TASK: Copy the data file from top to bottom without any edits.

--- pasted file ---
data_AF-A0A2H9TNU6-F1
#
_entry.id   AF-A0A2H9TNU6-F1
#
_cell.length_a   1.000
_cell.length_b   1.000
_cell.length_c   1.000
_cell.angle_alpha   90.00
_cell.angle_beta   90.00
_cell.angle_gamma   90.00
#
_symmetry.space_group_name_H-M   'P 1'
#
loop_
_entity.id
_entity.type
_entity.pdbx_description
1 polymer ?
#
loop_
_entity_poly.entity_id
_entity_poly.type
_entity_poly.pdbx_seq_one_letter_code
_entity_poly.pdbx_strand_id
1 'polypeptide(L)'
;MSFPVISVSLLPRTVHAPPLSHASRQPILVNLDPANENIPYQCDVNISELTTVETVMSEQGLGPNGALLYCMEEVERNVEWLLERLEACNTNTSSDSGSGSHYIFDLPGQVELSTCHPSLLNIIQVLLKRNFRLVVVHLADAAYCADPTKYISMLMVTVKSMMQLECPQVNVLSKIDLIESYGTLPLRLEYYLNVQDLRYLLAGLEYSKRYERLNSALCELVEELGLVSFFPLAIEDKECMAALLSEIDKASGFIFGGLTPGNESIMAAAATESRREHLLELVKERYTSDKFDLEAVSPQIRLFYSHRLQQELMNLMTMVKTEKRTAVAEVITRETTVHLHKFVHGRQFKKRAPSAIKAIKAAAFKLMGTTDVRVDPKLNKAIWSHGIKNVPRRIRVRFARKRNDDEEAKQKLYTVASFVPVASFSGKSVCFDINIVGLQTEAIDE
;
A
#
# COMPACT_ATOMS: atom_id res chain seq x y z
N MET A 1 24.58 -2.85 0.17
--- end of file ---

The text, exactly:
data_AF-A0A2H9TNU6-F1
#
_entry.id   AF-A0A2H9TNU6-F1
#
_cell.length_a   1.000
_cell.length_b   1.000
_cell.length_c   1.000
_cell.angle_alpha   90.00
_cell.angle_beta   90.00
_cell.angle_gamma   90.00
#
_symmetry.space_group_name_H-M   'P 1'
#
loop_
_entity.id
_entity.type
_entity.pdbx_description
1 polymer ?
#
loop_
_entity_poly.entity_id
_entity_poly.type
_entity_poly.pdbx_seq_one_letter_code
_entity_poly.pdbx_strand_id
1 'polypeptide(L)'
;MSFPVISVSLLPRTVHAPPLSHASRQPILVNLDPANENIPYQCDVNISELTTVETVMSEQGLGPNGALLYCMEEVERNVEWLLERLEACNTNTSSDSGSGSHYIFDLPGQVELSTCHPSLLNIIQVLLKRNFRLVVVHLADAAYCADPTKYISMLMVTVKSMMQLECPQVNVLSKIDLIESYGTLPLRLEYYLNVQDLRYLLAGLEYSKRYERLNSALCELVEELGLVSFFPLAIEDKECMAALLSEIDKASGFIFGGLTPGNESIMAAAATESRREHLLELVKERYTSDKFDLEAVSPQIRLFYSHRLQQELMNLMTMVKTEKRTAVAEVITRETTVHLHKFVHGRQFKKRAPSAIKAIKAAAFKLMGTTDVRVDPKLNKAIWSHGIKNVPRRIRVRFARKRNDDEEAKQKLYTVASFVPVASFSGKSVCFDINIVGLQTEAIDE
;
A
#
# COMPACT_ATOMS: atom_id res chain seq x y z
N MET A 1 24.58 -2.85 0.17